Welcome to 2019, folks. It's a brand new year, so join us as we celebrate New Year's Day, Trivia Today style! Here are five things you didn't know about the New Year's Eve Ball Drop.
Each Crystal Triangle Has a Specific Pattern That Represents a Theme The current ball in Times Square is decorated with Waterford crystal, so you'd expect the ball to have lovely patterns etched into each crystal triangle. However, the patterns aren't random. Each triangle has a pattern that represents a specific theme or idea. Some of these occur year after year, while new ones are also introduced. For example, in 2017, the patterns represented themes like "The Gift of Kindness" (this was a rosette with extended fronds) and "The Gift of Wonder." For 2019, the patterns will once again include "The Gift of Wonder" and "The Gift of Kindness" (among others), as well as bring in the new "Gift of Serenity," which will feature crystal butterflies flying over a meadow.
The Ball Drop Started When a Popular Fireworks Show Was Canceled for Raining Ash on Spectators The ball drop wasn't the first New Year's Eve celebration in Times Square, but it has been the least alarming. Previous to the ball drop, the New York Times sponsored a popular fireworks show in the same location. (At the time, the paper was located in the narrow building now home to the ball drop.) The fireworks show happened three years in a row with enthusiastic crowds filling the streets below. However, the fireworks back then would rain hot ash down on people, and city officials didn't like that. They finally decided to halt the show, but Adolph Ochs, the paper's publisher, still wanted to sponsor a celebration. He came up with the ball-drop idea just in time for the party ushering in 1908.
The Ball Drop Was Inspired by a Daily Timekeeping Ball Ochs had to come up with an idea quickly, but in a crowded, lively city such as New York, finding inspiration wasn't a problem. Ochs thought the time-ball drop at the Western Union building could be the key. A time ball was a ball that would drop at noon daily, and people would literally stop and stare at it as the drop marked the time. Time balls were common features in cities that allowed residents to synchronize watches, appointments, and more, before times across each time zone were standardized (for example, noon in New York City was equal to about 11:48 a.m. in Washington, D.C., when time balls were in use). Ochs realized that if people would stare at this small time ball, they would love a spectacularly lit ball that would mark midnight.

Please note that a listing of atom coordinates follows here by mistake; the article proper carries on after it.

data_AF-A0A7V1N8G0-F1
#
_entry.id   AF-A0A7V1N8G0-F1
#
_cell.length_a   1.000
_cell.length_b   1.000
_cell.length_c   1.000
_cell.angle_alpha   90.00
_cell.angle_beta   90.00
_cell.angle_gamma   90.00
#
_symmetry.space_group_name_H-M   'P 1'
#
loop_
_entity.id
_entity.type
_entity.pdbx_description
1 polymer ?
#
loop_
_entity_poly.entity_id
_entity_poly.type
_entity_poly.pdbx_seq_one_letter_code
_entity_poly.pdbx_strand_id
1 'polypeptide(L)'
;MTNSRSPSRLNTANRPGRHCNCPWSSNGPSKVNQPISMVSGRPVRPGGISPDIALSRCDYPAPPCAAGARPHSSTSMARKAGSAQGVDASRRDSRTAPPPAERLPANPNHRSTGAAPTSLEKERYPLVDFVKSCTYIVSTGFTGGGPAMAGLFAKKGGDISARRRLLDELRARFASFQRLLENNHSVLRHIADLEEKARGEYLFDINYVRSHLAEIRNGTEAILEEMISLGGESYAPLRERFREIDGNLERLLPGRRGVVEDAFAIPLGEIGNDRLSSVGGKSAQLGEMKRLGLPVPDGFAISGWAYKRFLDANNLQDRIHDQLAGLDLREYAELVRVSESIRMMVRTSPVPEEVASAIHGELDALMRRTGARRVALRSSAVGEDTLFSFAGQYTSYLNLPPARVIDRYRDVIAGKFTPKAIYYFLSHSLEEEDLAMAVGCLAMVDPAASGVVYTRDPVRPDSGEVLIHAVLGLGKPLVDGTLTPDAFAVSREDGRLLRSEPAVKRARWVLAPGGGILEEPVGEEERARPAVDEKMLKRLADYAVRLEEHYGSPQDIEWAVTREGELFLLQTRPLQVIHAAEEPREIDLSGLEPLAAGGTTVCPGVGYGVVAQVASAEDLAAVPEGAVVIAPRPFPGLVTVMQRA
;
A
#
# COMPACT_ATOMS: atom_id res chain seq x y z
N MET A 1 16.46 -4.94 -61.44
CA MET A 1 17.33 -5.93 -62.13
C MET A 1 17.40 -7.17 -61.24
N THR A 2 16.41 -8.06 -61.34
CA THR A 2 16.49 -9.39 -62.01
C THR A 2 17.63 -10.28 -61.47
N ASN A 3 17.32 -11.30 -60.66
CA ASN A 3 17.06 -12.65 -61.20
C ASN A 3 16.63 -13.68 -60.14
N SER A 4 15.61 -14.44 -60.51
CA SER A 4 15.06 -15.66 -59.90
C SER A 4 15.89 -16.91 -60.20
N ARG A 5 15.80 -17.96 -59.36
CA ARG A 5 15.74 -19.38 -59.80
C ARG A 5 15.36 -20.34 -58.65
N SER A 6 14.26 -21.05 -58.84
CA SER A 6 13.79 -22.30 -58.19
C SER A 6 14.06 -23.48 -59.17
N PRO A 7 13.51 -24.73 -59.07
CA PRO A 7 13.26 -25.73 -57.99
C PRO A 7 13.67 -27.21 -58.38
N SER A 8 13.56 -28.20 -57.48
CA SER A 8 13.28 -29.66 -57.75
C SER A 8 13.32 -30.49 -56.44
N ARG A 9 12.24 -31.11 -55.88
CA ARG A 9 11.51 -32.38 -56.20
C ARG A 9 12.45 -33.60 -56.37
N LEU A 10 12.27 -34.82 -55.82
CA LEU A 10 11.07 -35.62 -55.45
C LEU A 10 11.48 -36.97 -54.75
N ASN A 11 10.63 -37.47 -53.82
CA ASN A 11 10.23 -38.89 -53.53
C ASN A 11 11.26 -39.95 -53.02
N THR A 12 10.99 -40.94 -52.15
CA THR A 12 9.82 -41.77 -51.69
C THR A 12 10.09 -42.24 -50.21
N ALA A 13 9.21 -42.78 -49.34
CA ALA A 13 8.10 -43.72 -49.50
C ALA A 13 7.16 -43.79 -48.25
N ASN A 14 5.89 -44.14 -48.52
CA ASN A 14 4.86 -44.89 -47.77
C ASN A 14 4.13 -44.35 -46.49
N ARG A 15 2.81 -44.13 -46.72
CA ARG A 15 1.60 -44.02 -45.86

The Ball Has Seen Some Massive Weight Changes The ball in Times Square has seen not only stylistic and material changes, but some massive weight changes as well. The first wood-and-iron ball weighed about 700 pounds, and it became progressively lighter as new versions were introduced—at first. In 1920, the new ball was 400 pounds, and in 1955, it weighed 150 pounds (the owners switched to an all-aluminum ball). For the 1999-2000 drop, a ball with Waterford crystal and a diameter of 6 feet was introduced, with a weight of about a half ton, or a bit over 1,000 pounds. However, the latest Waterford-crystal version—12 feet in diameter and weatherproofed—upped the weight to an astounding 11,875 pounds.
Lots of Other Cities Drop Food in Their Own Version of the Ball Drop It's not a secret that other cities have fireworks and ball drops to mimic what New York does. Many cities, though, drop a food—in some cases, real—instead of a ball. Fake food replicas that are dropped include the giant potato in Boise, Idaho; a giant cluster of grapes in Temecula, California; and a giant Moon Pie in Mobile, Indiana; real food that gets dropped includes 200 pounds of real bologna in Lebanon, Pennsylvania. The bologna is then donated to charity for meals. Prairie du Chien, Wisconsin used to drop a dead carp—yes, a real one—but in 2018, the committee that runs the town's multiday Carp Fest decided to stop the drop for logistics reasons. No word on whether future celebrations will include a carp drop.